Re: Thinner wire and more turns
Hi John and all,
For a while now I have thought that the efficiency of my 4" coil may
have been limited slightly by the low coil diameter. My spark lengths
have always come in slightly under John's results for the same input
power. I was puzzled as to why this occured, but always put it
down to John's greater coiling expertise :-)
John's most recent post about the increased inductance of using more
than 1000 turns was the final straw, and yesterday I decided to wind a
coil of identical dimensions (w=4", h=22") to my original but with
1500 turns instead of 1000. ie. Thinner wire.
Original coil: 4x22" 1017T -at- 24swg (23awg 0.56mm) Ls=16.8mH
New coil: 4x22" 1503T -at- 28swg (27awg 0.37mm) Ls=43.1mH
The original coil resonated at 218kHz whereas the new one resonated at
164kHz. In order to get the primary to tune to the new frequency I
had to remove one toroid and move the primary tap out considerably.
I left the power supply, rotary phase, tank cap, ballasting etc. all
the same, to keep power the same for both tests.
With my original coil I got mostly one streamer, and occasionally two,
with frequent 36" strikes to a ground rod with 1020 Watts of measured
input power (200BPS sync rotary.)
I videod both tests for examination later in the house (in the warm !)
When I first powered up the new coil, the difference was immediately
1. Firstly there were 5 or 6 simultaneous streamers from all around
the top toroid.
2. I got frequent hits to ground at 36" and got a few rare hits to
other objects and the garage walls slightly further away.
Sole streamers were generally longer than one of many.
3. With the new coil breakout started at around 30% on the varaic
compared to around 50% with the old coil. (Higher toroid voltage ?)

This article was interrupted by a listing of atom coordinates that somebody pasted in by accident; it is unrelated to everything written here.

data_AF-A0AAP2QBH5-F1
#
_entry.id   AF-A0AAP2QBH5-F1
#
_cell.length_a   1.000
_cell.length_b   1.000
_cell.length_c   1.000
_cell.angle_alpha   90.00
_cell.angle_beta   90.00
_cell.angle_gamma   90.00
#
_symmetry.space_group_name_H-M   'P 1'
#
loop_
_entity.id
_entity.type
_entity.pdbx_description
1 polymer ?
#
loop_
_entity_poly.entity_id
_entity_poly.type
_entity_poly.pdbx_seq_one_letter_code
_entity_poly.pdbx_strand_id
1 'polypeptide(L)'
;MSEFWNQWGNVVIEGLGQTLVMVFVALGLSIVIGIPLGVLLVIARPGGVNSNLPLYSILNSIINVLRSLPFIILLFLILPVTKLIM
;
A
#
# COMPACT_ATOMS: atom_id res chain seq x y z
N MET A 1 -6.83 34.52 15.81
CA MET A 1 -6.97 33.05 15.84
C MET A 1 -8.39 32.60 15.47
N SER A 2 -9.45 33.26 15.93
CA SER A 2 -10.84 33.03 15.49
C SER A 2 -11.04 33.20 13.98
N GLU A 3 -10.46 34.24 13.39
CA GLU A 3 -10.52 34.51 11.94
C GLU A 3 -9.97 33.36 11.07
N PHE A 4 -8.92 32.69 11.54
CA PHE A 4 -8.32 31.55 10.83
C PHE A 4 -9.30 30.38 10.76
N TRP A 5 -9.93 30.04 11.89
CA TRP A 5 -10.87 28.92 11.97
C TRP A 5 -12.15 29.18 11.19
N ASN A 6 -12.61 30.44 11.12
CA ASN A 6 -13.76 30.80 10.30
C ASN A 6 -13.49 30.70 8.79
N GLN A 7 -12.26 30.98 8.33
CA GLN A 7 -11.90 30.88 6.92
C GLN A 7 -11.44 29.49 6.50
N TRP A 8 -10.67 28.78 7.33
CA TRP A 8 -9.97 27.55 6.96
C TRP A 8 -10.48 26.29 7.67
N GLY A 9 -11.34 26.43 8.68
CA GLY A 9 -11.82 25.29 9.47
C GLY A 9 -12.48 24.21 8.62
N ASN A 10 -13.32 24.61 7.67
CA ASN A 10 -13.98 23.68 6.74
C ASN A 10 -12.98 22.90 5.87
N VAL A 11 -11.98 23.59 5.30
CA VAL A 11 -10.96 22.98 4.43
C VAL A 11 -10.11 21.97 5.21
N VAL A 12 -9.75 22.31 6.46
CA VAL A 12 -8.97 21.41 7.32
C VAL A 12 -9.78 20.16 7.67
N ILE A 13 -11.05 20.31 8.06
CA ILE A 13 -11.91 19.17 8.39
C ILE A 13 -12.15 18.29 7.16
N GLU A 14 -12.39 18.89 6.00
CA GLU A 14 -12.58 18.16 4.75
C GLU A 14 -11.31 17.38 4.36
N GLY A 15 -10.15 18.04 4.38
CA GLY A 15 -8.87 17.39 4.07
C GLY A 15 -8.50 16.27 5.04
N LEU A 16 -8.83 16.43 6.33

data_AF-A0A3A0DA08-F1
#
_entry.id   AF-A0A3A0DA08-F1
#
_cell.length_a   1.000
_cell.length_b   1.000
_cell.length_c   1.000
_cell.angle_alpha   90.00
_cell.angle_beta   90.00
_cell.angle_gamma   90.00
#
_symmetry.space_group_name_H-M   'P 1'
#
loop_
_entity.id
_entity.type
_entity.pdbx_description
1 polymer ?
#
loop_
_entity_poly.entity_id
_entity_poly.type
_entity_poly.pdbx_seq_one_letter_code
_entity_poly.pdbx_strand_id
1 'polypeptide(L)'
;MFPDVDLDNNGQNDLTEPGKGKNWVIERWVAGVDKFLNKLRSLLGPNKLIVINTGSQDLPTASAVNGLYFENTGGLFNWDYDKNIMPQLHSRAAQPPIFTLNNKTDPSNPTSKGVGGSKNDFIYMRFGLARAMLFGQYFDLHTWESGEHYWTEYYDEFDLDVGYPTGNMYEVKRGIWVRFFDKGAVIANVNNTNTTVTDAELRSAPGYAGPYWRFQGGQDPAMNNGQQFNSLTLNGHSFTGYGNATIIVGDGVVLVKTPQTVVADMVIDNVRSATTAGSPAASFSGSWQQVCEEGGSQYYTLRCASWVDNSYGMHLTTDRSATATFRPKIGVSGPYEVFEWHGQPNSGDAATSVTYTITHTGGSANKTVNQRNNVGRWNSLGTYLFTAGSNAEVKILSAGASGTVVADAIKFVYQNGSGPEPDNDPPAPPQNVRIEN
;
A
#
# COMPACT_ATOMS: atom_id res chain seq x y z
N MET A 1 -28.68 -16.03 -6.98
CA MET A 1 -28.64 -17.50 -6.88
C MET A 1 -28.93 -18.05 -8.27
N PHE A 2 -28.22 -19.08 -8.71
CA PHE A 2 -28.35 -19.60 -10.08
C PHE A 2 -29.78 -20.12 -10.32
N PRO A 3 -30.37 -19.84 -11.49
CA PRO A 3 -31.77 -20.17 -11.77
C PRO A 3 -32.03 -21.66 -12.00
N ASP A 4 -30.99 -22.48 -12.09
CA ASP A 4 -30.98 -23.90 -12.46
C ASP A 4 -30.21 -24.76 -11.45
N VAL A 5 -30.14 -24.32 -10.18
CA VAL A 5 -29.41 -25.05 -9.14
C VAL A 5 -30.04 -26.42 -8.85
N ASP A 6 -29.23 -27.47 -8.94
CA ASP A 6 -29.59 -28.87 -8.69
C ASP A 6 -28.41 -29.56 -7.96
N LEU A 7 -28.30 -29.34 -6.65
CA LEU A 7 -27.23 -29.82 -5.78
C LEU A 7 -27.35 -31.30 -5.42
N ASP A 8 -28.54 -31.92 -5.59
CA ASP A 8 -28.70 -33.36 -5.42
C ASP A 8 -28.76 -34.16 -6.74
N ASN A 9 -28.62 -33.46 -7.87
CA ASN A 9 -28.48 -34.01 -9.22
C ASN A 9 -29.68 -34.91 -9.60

4. The rotary gap seemed quieter and not as bright. Usually it lights
up the whole garage. Even the initial spitting sound was not as
sharp on the ears.
5. I noticed a rapid build up of ozone with the higher L coil also !
Maybe because of more simultaneous streamers, or higher voltage ?
6. Spark action was quite frantic. With rapid darting and surging
of sparks on either side of the toroid. With the original coil I
usually got one comparatively lazy evolving streamer. (This frantic,
chaotic spark action reminded me of my old static gap coil with a
very high break rate.)
Unfortunately, I had to remove one toroid from the coil to bring the
higher L coil into tune, so this is not exactly a "controlled
experiment". I don't know how much this affects performance. The maths
says that increasing Ls and decreasing Cs should produce a higher peak
I dont know if the change in performance is due to the lower operating
frequency, higher theoretical output voltage, higher pri surge imp.,
better match to the streamers, higher coupling, or maybe just due to
having one less toroid, but the improvement was quite dramatic.
I plan to carry out further investigations with this new coil tomorrow.
In particular I plan to add back the third toroid, and increase Cp
to regain tune. Hopefully I can get one sole streamer of great length !
Despite adding to Cp I will keep the input power the same to do a fair
comparison of the two coils. (Then I will crank it up higher to take
best advantage of the higher Cp !)
I know little about matching the output impedance of the sec to the
streamer load imp., so I cannot add much to that discussion.
However, from an engineering viewpoint, impedance matching comes up
everywhere like RF amplifiers, audio amplifiers etc. I would think it
would be just as important for Tesla Coils in order to acheive maximum
power transfer to the "load".
Also, since small diameter coils effectively have their inductance
crippled because of the geometry, I see no reason not to add a few
extra turns in order to increase inductance and ultimately let them
fair better against larger diameter coils.
Comments, suggestions, flames always welcome.
- Freezing in a cold garage